Music photography and iconography are seemingly one in the same thing. You look at a picture of say Rick 'The Boss' Ross and you think, 'you know what he is THE Boss.' A lot of hip-hop culture is basically an artist standing there saying, 'this is who I am and this is what I've got, this is MY story.' But without photographers these images don't exist.
Without people like Gavin Thomas we can't ogle at these people. Can't rip their portraits out of magazines and cover our walls with them. We can't rip them out of magazines like VNDL, where Gavin is Editor-in-Chief.
Gavin Thomas is a New Yorker. Born in Rochester, Gavin studied at Rochester Institute of Technology and has since been photographing the people, places and faces of New York and those that go there to find their fame and fortune. Gavin is there to help leave their iconography on the industry. His own photography has graced the pages of Elle (UK,) New York Magazine, Inked and Popcorn just to name but a few.
Turning the lens onto Gavin, he sat down to face the ol' "5 Questions in 5 minutes."
D.C - Straight up I love double exposures. Do you use film and expose in camera or use digital and post-process?
G.T - Yes, I use film and expose in camera; no digital double exposures or layering in Photoshop. I typically use two or three cameras and shoot the film all the way through. Then, rewind and repeat. It’s very important to stay organized and label everything. My approach to multiple exposures is similar to painting. I build up layers upon layers; sometimes masking the lens with black tape or even a finger.
D.C - Is it a challenge to capture your subject's personality in just a studio shoot or do you find they come out of their shell pretty quickly?
G.T - Sometimes it’s a challenge, for sure. However, most of the time, people come out of their shells. It’s all about making them comfortable in front of the lens. I try to have a quick chat about either what I’m doing or briefly mention my goal. Even if we jump right into shooting I usually show a couple photos so they can see what is happening.
D.C - Proudest moment or biggest break?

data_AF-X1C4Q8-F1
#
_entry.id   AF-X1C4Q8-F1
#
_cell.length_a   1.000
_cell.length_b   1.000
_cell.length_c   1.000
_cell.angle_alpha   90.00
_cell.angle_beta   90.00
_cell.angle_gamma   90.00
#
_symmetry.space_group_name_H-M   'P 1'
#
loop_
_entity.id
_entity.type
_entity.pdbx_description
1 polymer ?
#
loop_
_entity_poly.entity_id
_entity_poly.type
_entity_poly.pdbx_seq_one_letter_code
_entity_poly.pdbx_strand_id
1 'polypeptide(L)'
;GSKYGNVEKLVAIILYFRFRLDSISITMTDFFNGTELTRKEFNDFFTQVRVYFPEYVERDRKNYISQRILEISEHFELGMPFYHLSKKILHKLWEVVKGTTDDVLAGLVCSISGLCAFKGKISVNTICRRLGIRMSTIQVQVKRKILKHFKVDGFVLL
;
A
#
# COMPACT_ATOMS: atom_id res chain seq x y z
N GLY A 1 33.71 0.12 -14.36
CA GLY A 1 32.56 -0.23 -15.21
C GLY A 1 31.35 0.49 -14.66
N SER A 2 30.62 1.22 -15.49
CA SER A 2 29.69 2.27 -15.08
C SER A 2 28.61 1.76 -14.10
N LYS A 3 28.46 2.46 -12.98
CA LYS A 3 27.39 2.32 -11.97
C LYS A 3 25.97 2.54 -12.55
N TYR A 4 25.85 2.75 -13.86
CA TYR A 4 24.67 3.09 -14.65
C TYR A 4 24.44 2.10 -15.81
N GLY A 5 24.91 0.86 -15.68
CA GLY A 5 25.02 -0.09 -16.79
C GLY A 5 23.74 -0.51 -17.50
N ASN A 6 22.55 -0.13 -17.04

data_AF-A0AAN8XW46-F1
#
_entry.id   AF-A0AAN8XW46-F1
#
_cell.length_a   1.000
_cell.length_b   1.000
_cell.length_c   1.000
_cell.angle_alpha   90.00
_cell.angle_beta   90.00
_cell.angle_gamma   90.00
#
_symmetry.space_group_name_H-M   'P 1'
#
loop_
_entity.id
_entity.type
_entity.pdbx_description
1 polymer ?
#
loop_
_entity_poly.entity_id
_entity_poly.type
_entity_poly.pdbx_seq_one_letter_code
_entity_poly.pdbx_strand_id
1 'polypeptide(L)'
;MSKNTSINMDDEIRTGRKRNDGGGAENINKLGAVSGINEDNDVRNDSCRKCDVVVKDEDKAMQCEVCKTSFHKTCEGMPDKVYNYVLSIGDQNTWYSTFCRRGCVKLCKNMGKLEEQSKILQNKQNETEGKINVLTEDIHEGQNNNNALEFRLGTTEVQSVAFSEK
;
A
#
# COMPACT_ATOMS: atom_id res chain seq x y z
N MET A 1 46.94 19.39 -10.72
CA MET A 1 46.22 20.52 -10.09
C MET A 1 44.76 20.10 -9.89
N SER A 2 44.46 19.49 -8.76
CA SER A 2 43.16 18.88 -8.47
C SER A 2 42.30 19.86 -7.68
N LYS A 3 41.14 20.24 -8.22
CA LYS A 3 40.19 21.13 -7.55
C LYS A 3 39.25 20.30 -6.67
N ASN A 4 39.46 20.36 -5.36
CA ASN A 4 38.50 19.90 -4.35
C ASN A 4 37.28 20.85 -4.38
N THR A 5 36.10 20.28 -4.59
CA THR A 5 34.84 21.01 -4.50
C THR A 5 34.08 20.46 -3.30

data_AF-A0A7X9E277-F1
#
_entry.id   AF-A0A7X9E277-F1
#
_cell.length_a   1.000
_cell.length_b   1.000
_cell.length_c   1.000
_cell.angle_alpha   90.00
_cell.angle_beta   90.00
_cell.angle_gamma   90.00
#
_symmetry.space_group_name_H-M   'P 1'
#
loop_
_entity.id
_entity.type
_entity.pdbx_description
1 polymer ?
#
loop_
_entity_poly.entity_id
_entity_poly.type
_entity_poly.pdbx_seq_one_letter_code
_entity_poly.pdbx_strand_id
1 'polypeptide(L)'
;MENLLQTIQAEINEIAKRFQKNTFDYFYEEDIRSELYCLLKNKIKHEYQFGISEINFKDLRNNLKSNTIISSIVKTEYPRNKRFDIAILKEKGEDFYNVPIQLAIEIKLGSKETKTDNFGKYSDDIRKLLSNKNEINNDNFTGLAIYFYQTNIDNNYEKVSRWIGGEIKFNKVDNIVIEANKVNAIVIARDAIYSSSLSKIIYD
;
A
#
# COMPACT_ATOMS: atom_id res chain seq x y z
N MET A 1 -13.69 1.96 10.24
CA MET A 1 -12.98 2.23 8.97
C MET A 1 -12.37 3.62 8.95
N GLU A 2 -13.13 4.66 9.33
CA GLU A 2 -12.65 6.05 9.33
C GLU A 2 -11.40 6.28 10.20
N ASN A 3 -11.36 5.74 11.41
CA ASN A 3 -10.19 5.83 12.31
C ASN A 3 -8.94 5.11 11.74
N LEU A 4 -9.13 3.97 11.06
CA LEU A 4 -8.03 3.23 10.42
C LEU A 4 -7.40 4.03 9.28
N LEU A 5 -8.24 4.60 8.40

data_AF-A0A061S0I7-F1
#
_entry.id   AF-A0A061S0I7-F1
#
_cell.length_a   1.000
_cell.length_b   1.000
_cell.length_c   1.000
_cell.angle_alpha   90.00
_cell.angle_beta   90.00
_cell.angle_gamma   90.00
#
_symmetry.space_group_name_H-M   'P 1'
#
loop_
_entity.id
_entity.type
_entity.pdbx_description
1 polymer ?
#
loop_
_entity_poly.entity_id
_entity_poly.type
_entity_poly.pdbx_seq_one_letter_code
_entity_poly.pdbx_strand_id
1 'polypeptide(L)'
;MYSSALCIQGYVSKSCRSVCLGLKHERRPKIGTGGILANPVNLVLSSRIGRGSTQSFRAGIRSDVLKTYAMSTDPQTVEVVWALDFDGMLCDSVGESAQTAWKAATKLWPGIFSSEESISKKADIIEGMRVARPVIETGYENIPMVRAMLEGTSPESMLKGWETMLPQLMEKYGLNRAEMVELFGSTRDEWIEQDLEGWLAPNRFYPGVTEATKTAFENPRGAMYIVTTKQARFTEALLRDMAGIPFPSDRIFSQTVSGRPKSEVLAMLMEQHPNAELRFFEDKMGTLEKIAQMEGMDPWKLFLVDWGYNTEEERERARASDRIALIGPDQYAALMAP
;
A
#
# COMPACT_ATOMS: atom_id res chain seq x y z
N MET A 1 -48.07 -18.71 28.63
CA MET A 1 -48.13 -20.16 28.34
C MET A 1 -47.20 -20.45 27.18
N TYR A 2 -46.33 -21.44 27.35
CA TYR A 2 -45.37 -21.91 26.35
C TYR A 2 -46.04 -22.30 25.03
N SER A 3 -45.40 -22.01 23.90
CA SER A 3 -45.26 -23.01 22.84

G.T - When I got a phone call from AARP (American Association of Retired Persons) about shooting a story for them. They wanted me to do portraits using multiple exposures. I pretty much lost it (tears of joy) when they told me about the project and that I had to fly to five different cities across the US over the course of two weeks. My next phone call was to my parents to thank them for believing in me and supporting my dream of becoming a photographer.
D.C - Do you think having a photography background helps or hinders with a second job like E.I.C at VNDL? Or is it more of a case of the two going hand in hand, a natural progression?
G.T - In a way, the two pretty much go hand in hand. I started VNDL with very high standards for the photography/visuals. However, being the EIC comes with many more responsibilities than I could have ever anticipated. One of the benefits is that this experience has improved my ability to edit my own work.
D.C - Finally, what tracks do you blast in the studio/office and unwind to at home?
G.T - So much music is blasted. Lately, I’ve been into When Saints Go Machine, Son Lux, Thomas Azier, PAWS, Homeboy Sandman and Ancient Sky. Rob Bailey and The Hustle Standard have some great songs to listen to when working out. Overall, I probably I listen to way too much music. But it's fun to discover new bands and songs, as well as other talented artists, photographers and creatives.